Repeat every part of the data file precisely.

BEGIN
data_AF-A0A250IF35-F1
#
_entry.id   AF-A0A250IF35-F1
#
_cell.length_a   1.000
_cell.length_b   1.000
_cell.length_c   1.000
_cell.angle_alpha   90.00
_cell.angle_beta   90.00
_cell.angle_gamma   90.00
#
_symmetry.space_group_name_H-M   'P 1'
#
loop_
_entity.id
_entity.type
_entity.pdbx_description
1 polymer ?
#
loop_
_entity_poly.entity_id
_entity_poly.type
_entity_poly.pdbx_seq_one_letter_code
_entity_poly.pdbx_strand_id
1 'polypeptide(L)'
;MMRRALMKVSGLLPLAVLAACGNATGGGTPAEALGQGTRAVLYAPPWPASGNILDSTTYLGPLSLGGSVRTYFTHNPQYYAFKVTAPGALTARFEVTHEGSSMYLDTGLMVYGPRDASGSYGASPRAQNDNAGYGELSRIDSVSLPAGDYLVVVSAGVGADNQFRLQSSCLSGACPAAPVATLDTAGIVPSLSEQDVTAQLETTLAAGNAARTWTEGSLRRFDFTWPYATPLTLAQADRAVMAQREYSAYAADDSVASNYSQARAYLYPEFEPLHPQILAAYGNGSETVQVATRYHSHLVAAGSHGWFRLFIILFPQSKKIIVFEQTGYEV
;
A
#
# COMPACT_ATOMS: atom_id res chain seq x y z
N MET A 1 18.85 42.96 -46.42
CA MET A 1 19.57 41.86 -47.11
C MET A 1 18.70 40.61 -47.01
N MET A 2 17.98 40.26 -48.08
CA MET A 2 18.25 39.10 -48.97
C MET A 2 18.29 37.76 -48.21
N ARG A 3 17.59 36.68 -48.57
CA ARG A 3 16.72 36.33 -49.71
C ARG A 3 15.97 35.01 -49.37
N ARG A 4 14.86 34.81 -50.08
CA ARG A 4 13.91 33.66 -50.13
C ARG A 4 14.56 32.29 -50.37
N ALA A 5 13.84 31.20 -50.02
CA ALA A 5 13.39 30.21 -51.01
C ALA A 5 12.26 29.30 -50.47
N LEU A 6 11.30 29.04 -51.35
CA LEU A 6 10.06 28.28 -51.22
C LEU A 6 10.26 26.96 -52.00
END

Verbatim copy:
data_AF-A0A250IF35-F1
#
_entry.id   AF-A0A250IF35-F1
#
_cell.length_a   1.000
_cell.length_b   1.000
_cell.length_c   1.000
_cell.angle_alpha   90.00
_cell.angle_beta   90.00
_cell.angle_gamma   90.00
#
_symmetry.space_group_name_H-M   'P 1'
#
loop_
_entity.id
_entity.type
_entity.pdbx_description
1 polymer ?
#
loop_
_entity_poly.entity_id
_entity_poly.type
_entity_poly.pdbx_seq_one_letter_code
_entity_poly.pdbx_strand_id
1 'polypeptide(L)'
;MMRRALMKVSGLLPLAVLAACGNATGGGTPAEALGQGTRAVLYAPPWPASGNILDSTTYLGPLSLGGSVRTYFTHNPQYYAFKVTAPGALTARFEVTHEGSSMYLDTGLMVYGPRDASGSYGASPRAQNDNAGYGELSRIDSVSLPAGDYLVVVSAGVGADNQFRLQSSCLSGACPAAPVATLDTAGIVPSLSEQDVTAQLETTLAAGNAARTWTEGSLRRFDFTWPYATPLTLAQADRAVMAQREYSAYAADDSVASNYSQARAYLYPEFEPLHPQILAAYGNGSETVQVATRYHSHLVAAGSHGWFRLFIILFPQSKKIIVFEQTGYEV
;
A
#
# COMPACT_ATOMS: atom_id res chain seq x y z
N MET A 1 18.85 42.96 -46.42
CA MET A 1 19.57 41.86 -47.11
C MET A 1 18.70 40.61 -47.01
N MET A 2 17.98 40.26 -48.08
CA MET A 2 18.25 39.10 -48.97
C MET A 2 18.29 37.76 -48.21
N ARG A 3 17.59 36.68 -48.57
CA ARG A 3 16.72 36.33 -49.71
C ARG A 3 15.97 35.01 -49.37
N ARG A 4 14.86 34.81 -50.08
CA ARG A 4 13.91 33.66 -50.13
C ARG A 4 14.56 32.29 -50.37
N ALA A 5 13.84 31.20 -50.02
CA ALA A 5 13.39 30.21 -51.01
C ALA A 5 12.26 29.30 -50.47
N LEU A 6 11.30 29.04 -51.35
CA LEU A 6 10.06 28.28 -51.22
C LEU A 6 10.26 26.96 -52.00